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Lewis Associates e-Newsletter

Volume 3 Issue 6
June, 2004

Published by Lewis Associates. Dr. Cynthia Lewis, Phd., Editor
Email imaclewis@lewisassoc.com with your comments. Enjoy!

=> Welcome to Success Stories Newsletter!

=> Important News: More Kids Major in Going Slow; AMCAS went LIVE; Medical students to begin taking clinical skills test; Medicare Unveils Drug-Discount Card; Patients asked to tell doctor their problems in under a minute; Getting drugs without the doctor; In Oregon, Choosing Death Over Suffering; Study shows mental disorders prevalent in 14 countries

=> Useful Links: The effect of extra time for the MCAT exam; AADSAS 2005; The GRE

=>Dates and Reminder: Schools added to AMCAS 2005; What's Osteopathy anyway?

=>Success Story of the Month: Jackie Sztain--- California Horsey Premedical Student Entering Class 2004

=> 2 Questions for this Month – 1. What are 5 medical school admissions mistakes to avoid? -- Assumption that "all is well" if you have not heard anything from AMCAS, other application services or a school...WRONG! 2. Can someone with a past "problem" like alcoholism become a competitive applicant??

=> Our Services

=> Contact



Welcome to Lewis Associates!

June is the month when the applications can be submitted. It is time for the Class of 2005 to be serious about getting your application essays in top shape to press that "SUBMIT" button, for applicants to establish your 15 (and more) post-secondary experiences, to gather letters of recommendation/evaluation, to get copies of transcripts from all schools for yourself -- ETC! A VERY busy time!

Keeping in contact with our alumni is one of the most fulfilling things that I do! In mid-May, I was privileged to attend the graduation of Anna and Brandon Miller, a husband and wife couple whom I advised for many years. They were both commissioned into the US Navy upon graduation from the University of Health Sciences, whose name changes effective July 1 to Kansas City University of Medicine and Biosciences. The Millers have VERY interesting stories€see October (Here) and November 2002 (Here) Success Stories and the article written by the Millers (Here) And, they have a new baby. The privilege of my Advisees sharing their lives with me is very fulfilling. I even sat next to Brandon's Dad who was teary eyed through much of the ceremony. And, I also was honored to have dinner with Amy Elmore, her husband and son, a second year Alumna attending UHS. Tomorrow, I fly to Arizona to attend the medical school graduation of yet another of my Alumni.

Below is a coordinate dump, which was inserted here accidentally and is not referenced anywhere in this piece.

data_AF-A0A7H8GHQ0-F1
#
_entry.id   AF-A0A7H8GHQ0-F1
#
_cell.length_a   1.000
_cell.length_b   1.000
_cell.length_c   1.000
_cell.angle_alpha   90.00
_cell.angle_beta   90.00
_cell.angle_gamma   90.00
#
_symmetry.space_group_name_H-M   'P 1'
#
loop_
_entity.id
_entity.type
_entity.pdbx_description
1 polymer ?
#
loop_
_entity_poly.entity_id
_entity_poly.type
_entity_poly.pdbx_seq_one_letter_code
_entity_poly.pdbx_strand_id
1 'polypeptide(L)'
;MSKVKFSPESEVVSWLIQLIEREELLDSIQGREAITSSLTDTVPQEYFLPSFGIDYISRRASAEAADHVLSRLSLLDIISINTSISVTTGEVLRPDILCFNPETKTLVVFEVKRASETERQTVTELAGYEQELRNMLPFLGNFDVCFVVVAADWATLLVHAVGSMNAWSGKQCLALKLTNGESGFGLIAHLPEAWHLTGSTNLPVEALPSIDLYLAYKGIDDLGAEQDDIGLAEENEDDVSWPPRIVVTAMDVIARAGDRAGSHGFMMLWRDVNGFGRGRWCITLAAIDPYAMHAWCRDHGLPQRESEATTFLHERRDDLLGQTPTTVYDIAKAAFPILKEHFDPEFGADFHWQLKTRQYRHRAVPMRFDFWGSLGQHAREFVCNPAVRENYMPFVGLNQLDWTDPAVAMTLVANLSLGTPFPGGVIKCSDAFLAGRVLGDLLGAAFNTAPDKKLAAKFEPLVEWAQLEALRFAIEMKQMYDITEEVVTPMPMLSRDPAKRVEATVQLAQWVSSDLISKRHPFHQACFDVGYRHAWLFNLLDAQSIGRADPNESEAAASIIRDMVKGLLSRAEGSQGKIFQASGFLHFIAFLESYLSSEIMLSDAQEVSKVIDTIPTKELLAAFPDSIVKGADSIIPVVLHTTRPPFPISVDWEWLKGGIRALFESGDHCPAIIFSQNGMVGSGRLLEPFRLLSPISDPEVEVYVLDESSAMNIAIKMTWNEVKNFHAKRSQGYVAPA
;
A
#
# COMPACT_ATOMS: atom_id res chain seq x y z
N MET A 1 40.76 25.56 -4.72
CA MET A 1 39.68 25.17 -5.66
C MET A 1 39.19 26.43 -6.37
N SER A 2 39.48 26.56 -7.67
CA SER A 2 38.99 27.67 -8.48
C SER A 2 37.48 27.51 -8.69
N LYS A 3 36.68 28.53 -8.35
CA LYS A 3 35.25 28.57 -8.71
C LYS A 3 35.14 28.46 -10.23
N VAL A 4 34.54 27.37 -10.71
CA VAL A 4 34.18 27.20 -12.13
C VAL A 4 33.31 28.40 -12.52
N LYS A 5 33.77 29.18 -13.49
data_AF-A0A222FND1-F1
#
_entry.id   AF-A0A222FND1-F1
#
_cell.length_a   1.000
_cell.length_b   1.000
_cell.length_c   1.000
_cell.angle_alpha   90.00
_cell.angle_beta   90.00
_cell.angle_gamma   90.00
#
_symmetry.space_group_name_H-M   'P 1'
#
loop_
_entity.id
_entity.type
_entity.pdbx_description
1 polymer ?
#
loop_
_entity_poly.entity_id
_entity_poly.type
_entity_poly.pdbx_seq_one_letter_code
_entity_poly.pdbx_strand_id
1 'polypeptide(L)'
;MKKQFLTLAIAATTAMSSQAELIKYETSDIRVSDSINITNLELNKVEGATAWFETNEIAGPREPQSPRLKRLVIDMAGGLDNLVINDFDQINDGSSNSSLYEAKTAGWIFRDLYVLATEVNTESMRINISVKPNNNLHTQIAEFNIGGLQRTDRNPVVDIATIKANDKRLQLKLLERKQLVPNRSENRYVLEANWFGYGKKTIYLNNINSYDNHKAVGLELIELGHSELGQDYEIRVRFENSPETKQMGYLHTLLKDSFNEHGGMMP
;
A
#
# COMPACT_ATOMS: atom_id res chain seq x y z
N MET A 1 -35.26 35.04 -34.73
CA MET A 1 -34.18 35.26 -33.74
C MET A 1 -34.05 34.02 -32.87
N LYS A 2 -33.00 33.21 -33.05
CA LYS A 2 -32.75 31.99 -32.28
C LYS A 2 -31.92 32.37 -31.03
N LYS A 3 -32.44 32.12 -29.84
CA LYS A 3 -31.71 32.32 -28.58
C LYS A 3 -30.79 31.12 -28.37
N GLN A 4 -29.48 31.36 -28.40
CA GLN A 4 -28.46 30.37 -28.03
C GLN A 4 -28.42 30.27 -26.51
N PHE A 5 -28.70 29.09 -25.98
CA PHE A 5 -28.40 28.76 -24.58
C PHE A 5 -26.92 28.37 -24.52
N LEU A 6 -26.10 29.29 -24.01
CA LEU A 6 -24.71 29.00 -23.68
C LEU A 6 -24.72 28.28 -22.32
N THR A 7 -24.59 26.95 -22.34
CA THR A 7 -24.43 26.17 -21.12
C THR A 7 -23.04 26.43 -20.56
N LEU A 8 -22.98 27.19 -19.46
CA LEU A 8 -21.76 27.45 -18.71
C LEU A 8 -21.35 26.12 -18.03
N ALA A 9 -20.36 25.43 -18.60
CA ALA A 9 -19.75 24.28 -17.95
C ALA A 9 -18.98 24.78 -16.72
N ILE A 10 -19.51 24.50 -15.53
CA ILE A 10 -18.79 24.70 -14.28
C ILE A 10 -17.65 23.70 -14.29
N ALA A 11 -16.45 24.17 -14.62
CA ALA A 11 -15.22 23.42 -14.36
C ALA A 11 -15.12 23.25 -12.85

For Class of 2005 applicants, you are now very behind if you have not established a well-thought out strategy to carry you through the difficult application process coming up. This is the most intense time you will experience as a pre-health student. It is a roller coaster ride. Let us know how we can assist you ... sooner is now!

For Class of 2006 applicants, we have TIME ... a precious commodity. Time to plan, to locate and use new opportunities, time to live up to your potential!

If you are serious about making your dreams to become a physician, dentist, PA, veterinarian, optometrist or pharmacist a reality --- Lewis Associates can help you. We have made the difference for over 700 students over almost 20 years.

What are your chances?
If you want to change your career or reach your career goal, but do not know how to begin or how to jump over all those hurdles, Lewis Associates will implement strategies to change your life. Read about it in our newsletter and website, then phone or email us directly to get started!

You may be like our Lewis Associates Advisees---highly motivated and intelligent, but needing focus, guidance and specific technical expertise. She solves problems for her Advisees and finds opportunities for them. Dr. Lewis is a trained biologist, having taught and directed her own research programs for many years at two universities. She earned two postdoctoral fellowships (one at NIH) and received the 1990 NACADA Outstanding Institutional Advising Program in the U.S. She teaches Professionalism, Leadership, and Quality, and sets high standards for her Advisees.